This is part 3 of a 3 part series for industrial enterprise business leaders on bringing your customers into the product development process. In part 1 we defined the concept and outlined the basics of the methodology. In part 2 we discussed common objections that we have heard from internal stakeholders at our clients to the concept. In this post we will outline how to overcome organizational constraints.
“Old guards will tell you to innovate and be creative, but won’t mention that it’s ONLY ok as long as it’s something they’ve already thought of and agree with.” -Richie Norton
In our last two posts we dug into one of the core pillars of our Zero Waste Engineering process – Conspiring with you Customers. In the first post we discussed the methodology, and in the second we addressed common organizational objections that we’ve heard in the course of our consulting experience.
In this post we’ll talk about how to actually get started inside of your organization. How do you go about getting your customers more involved in your product development process given the constraints and processes already in place inside your organization?
First, let’s discuss the three personality types that we tend to find trying to drive disruptive digital innovation inside their companies.
The Bulldozer is typically a young, energetic engineer. They’ve often had a side project going – and that side project has had a mild amount of success. This success has given them enough organizational support to continue their side project, but not enough to actually enable them to be successful.
Unfortunately, this person doesn’t understand how products get to market in their company or their industry. They seek to engineer their way to success. They generally confuse not being told to stop with support to continue. The Bulldozer sees themself as the hero in the story and often wind up leaving a trail of destruction as they wander through their organization “getting it done”.
The Smooth Operator
The Smooth Operator has learned to “play the game” inside their organization. They navigate the wheeling and dealing of corporate politics well and have been successful in bringing sustaining products to market. They often have a broad personal network inside their organization.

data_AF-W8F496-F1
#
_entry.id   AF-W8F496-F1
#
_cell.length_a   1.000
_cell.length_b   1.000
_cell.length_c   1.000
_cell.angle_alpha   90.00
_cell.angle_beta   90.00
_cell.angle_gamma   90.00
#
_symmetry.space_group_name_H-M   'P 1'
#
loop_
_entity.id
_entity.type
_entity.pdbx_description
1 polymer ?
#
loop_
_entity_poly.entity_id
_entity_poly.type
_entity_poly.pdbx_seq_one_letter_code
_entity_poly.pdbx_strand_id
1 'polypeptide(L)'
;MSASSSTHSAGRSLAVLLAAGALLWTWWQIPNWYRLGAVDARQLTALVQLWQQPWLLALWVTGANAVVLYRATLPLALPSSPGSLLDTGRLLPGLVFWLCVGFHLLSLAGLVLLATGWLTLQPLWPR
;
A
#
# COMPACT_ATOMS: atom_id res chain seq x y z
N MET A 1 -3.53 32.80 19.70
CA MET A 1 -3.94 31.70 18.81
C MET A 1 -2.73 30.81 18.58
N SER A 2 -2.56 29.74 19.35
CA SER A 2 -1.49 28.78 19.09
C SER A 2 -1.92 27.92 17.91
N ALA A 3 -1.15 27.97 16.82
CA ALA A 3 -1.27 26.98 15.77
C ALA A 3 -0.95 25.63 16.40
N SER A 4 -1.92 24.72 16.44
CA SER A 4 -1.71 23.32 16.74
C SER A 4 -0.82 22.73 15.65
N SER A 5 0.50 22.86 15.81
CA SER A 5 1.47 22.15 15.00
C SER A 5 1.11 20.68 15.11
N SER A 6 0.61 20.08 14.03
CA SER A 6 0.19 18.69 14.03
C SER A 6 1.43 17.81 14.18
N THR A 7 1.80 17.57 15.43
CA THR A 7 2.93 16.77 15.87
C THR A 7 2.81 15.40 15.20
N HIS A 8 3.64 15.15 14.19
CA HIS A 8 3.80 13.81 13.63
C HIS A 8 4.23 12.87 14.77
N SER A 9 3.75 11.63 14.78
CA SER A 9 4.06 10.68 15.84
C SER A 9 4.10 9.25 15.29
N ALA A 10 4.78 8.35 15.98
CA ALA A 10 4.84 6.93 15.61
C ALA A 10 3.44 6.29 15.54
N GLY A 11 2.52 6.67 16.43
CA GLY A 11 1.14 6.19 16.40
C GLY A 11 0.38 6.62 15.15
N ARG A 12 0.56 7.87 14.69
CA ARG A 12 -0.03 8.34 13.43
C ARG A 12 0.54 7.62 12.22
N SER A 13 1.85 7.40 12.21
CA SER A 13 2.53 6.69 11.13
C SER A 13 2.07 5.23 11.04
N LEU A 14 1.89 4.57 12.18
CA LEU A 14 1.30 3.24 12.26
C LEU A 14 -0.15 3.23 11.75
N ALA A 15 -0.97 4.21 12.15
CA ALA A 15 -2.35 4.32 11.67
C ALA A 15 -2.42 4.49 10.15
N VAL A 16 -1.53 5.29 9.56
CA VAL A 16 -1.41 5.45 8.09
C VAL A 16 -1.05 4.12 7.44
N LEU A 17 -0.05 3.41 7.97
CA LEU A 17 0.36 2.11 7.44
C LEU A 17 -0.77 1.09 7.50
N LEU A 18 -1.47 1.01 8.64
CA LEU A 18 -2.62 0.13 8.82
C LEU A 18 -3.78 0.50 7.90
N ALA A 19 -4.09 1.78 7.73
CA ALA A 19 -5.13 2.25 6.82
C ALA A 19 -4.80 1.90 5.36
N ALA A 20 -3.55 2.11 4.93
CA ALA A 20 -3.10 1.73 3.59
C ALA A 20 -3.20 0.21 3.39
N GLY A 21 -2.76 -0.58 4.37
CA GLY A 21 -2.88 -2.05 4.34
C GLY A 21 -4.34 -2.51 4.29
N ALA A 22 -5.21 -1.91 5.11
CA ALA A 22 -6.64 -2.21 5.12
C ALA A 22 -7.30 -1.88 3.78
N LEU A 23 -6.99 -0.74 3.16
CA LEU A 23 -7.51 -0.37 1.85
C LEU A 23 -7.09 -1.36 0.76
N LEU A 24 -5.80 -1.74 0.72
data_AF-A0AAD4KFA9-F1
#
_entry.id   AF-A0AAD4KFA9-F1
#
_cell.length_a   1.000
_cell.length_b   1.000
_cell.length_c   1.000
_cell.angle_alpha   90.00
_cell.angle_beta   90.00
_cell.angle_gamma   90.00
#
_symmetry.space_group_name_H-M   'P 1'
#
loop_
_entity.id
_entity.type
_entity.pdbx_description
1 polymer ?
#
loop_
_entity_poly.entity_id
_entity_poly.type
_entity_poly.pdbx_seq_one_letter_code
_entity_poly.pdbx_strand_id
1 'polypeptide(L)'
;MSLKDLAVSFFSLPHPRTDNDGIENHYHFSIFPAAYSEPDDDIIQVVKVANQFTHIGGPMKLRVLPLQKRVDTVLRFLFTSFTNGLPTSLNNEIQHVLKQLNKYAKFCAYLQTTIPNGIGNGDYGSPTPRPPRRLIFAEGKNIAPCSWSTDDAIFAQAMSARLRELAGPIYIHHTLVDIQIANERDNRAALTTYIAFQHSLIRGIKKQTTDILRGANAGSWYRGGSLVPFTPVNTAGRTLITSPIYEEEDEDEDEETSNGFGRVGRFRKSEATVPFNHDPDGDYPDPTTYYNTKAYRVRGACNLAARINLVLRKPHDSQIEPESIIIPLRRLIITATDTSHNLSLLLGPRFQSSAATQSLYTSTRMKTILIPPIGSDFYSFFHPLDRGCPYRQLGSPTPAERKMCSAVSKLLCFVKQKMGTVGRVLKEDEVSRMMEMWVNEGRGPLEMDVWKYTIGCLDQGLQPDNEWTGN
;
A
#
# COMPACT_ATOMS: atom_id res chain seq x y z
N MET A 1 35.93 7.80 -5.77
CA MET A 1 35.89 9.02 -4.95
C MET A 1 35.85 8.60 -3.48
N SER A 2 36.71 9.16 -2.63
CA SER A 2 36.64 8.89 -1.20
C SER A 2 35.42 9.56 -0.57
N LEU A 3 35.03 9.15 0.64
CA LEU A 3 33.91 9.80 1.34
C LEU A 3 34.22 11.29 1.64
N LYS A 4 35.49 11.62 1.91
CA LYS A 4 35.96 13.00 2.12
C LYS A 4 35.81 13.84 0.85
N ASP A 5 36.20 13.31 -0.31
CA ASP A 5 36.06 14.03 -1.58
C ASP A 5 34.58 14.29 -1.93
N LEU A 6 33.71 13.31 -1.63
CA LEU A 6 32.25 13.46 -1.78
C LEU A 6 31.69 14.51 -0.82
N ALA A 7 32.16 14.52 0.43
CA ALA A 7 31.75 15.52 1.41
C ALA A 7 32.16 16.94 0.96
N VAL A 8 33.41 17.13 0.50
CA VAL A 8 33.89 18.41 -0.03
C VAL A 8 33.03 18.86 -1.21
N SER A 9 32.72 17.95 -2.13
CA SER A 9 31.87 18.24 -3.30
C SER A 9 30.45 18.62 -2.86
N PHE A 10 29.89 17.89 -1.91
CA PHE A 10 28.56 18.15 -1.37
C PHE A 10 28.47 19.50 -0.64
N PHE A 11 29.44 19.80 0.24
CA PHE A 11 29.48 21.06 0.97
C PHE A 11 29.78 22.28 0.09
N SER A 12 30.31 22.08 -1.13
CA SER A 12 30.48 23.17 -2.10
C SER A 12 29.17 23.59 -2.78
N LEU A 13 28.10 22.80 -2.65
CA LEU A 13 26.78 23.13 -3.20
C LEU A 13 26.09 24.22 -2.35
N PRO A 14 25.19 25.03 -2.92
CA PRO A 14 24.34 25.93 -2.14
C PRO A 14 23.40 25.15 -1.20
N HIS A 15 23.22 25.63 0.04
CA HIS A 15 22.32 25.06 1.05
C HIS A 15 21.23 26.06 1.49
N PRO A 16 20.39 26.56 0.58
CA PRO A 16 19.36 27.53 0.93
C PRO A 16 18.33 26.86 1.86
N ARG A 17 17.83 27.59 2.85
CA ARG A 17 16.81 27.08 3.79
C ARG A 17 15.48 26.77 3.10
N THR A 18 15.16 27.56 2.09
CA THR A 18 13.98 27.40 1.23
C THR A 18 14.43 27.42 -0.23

This experience has blinded them to the fact that disruptive innovation requires very different processes and support. As a result they move confidently, but don’t take the time to think about whether or not they are making the right moves. As a result this person can find themselves blindsided late in the product development process as they find that the organization wasn’t as supportive as they had assumed around a product that doesn’t meet the mental map of the organization.
S/He of Little Faith
This person tends to be a product manager that has gotten fed up with their ability to get support for their initiatives internally, or their belief that their organization simply can’t execute on their vision. Typically armed with a budget (sometimes obtained with a questionable business case), they are looking to buy their support from an outside vendor.
The result is that they wind up with a product, but find themselves doing catch up work to get it launched. Necessary support functions such as finance and IT wind up frustrated and unsupportive of the initiative as it is “dropped into their lap”, sometimes with budget requirements that they were unaware of and had not planned for. The result is a completed product with no clear landing pad for ongoing support and no clear roles and responsibilities for launch.
While each of these individuals goes about trying to get the job done in very different ways, they all share at their core a fundamental error. They each ignore one of the other fundamental pillars of our Zero Waste Engineering process. They don’t build a coalition.
Build a Coalition
Change is hard. New, disruptive digital innovation isn’t just the next version of your product or a bolt-on thing for your market. It is a fundamental shift. This requires a committed group working in concert to support and shepherd the initiative.
This group should consist of members of all stakeholder groups within the company. Each of these members must have a commitment to the vision and value they seek to achieve. At a minimum this group includes product management, engineering, sales, IT, and finance.
Based on the specifics of your project and organization there may be other groups, or subsets of these groups that you need involved. For instance, you may need support from both the controls group and cloud group in your engineering organization. Or you may need buy-in from both operations and security within your IT group. Each circumstance is unique, and the coalition you need will be too.